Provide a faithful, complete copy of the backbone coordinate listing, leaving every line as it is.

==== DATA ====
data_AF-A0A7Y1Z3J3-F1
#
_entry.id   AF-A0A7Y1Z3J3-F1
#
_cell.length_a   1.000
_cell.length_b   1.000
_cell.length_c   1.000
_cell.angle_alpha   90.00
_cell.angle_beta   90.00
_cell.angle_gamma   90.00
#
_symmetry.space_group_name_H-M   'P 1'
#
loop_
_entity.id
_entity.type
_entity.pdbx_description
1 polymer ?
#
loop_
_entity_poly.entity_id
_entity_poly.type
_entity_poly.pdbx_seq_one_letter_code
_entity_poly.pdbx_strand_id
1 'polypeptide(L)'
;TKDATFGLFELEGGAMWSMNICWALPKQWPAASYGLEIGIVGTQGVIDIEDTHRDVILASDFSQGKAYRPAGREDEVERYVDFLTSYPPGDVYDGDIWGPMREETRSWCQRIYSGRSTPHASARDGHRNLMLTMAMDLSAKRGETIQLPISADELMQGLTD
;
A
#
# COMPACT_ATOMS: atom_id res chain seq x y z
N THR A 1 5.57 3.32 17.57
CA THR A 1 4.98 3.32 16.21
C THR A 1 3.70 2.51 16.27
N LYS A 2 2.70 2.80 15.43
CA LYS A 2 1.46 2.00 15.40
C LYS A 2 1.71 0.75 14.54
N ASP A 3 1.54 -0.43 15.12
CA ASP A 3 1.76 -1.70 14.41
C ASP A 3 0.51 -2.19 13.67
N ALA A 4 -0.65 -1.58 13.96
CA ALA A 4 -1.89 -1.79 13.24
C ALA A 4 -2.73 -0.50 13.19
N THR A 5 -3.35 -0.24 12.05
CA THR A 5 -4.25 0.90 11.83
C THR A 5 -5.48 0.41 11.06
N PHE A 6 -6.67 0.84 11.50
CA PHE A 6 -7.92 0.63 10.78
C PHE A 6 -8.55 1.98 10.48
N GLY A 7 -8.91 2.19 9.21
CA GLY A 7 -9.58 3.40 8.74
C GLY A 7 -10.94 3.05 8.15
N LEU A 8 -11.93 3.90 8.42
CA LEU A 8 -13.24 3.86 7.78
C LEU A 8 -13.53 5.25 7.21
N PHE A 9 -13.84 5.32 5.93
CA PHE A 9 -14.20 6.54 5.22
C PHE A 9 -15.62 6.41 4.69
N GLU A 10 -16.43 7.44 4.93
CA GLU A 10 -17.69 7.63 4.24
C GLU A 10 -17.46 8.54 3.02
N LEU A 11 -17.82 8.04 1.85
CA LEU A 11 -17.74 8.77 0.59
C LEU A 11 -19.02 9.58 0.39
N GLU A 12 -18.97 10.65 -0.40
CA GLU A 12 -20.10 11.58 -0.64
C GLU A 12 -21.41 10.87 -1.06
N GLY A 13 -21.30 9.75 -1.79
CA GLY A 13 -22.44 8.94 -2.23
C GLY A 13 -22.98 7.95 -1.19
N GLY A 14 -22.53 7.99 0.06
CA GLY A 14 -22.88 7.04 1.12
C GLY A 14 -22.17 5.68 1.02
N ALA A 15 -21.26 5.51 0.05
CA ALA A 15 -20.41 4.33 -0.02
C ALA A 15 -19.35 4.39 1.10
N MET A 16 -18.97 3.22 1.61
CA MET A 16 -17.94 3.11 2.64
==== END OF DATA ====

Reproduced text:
data_AF-A0A7Y1Z3J3-F1
#
_entry.id   AF-A0A7Y1Z3J3-F1
#
_cell.length_a   1.000
_cell.length_b   1.000
_cell.length_c   1.000
_cell.angle_alpha   90.00
_cell.angle_beta   90.00
_cell.angle_gamma   90.00
#
_symmetry.space_group_name_H-M   'P 1'
#
loop_
_entity.id
_entity.type
_entity.pdbx_description
1 polymer ?
#
loop_
_entity_poly.entity_id
_entity_poly.type
_entity_poly.pdbx_seq_one_letter_code
_entity_poly.pdbx_strand_id
1 'polypeptide(L)'
;TKDATFGLFELEGGAMWSMNICWALPKQWPAASYGLEIGIVGTQGVIDIEDTHRDVILASDFSQGKAYRPAGREDEVERYVDFLTSYPPGDVYDGDIWGPMREETRSWCQRIYSGRSTPHASARDGHRNLMLTMAMDLSAKRGETIQLPISADELMQGLTD
;
A
#
# COMPACT_ATOMS: atom_id res chain seq x y z
N THR A 1 5.57 3.32 17.57
CA THR A 1 4.98 3.32 16.21
C THR A 1 3.70 2.51 16.27
N LYS A 2 2.70 2.80 15.43
CA LYS A 2 1.46 2.00 15.40
C LYS A 2 1.71 0.75 14.54
N ASP A 3 1.54 -0.43 15.12
CA ASP A 3 1.76 -1.70 14.41
C ASP A 3 0.51 -2.19 13.67
N ALA A 4 -0.65 -1.58 13.96
CA ALA A 4 -1.89 -1.79 13.24
C ALA A 4 -2.73 -0.50 13.19
N THR A 5 -3.35 -0.24 12.05
CA THR A 5 -4.25 0.90 11.83
C THR A 5 -5.48 0.41 11.06
N PHE A 6 -6.67 0.84 11.50
CA PHE A 6 -7.92 0.63 10.78
C PHE A 6 -8.55 1.98 10.48
N GLY A 7 -8.91 2.19 9.21
CA GLY A 7 -9.58 3.40 8.74
C GLY A 7 -10.94 3.05 8.15
N LEU A 8 -11.93 3.90 8.42
CA LEU A 8 -13.24 3.86 7.78
C LEU A 8 -13.53 5.25 7.21
N PHE A 9 -13.84 5.32 5.93
CA PHE A 9 -14.20 6.54 5.22
C PHE A 9 -15.62 6.41 4.69
N GLU A 10 -16.43 7.44 4.93
CA GLU A 10 -17.69 7.63 4.24
C GLU A 10 -17.46 8.54 3.02
N LEU A 11 -17.82 8.04 1.85
CA LEU A 11 -17.74 8.77 0.59
C LEU A 11 -19.02 9.58 0.39
N GLU A 12 -18.97 10.65 -0.40
CA GLU A 12 -20.10 11.58 -0.64
C GLU A 12 -21.41 10.87 -1.06
N GLY A 13 -21.30 9.75 -1.79
CA GLY A 13 -22.44 8.94 -2.23
C GLY A 13 -22.98 7.95 -1.19
N GLY A 14 -22.53 7.99 0.06
CA GLY A 14 -22.88 7.04 1.12
C GLY A 14 -22.17 5.68 1.02
N ALA A 15 -21.26 5.51 0.05
CA ALA A 15 -20.41 4.33 -0.02
C ALA A 15 -19.35 4.39 1.10
N MET A 16 -18.97 3.22 1.61
CA MET A 16 -17.94 3.11 2.64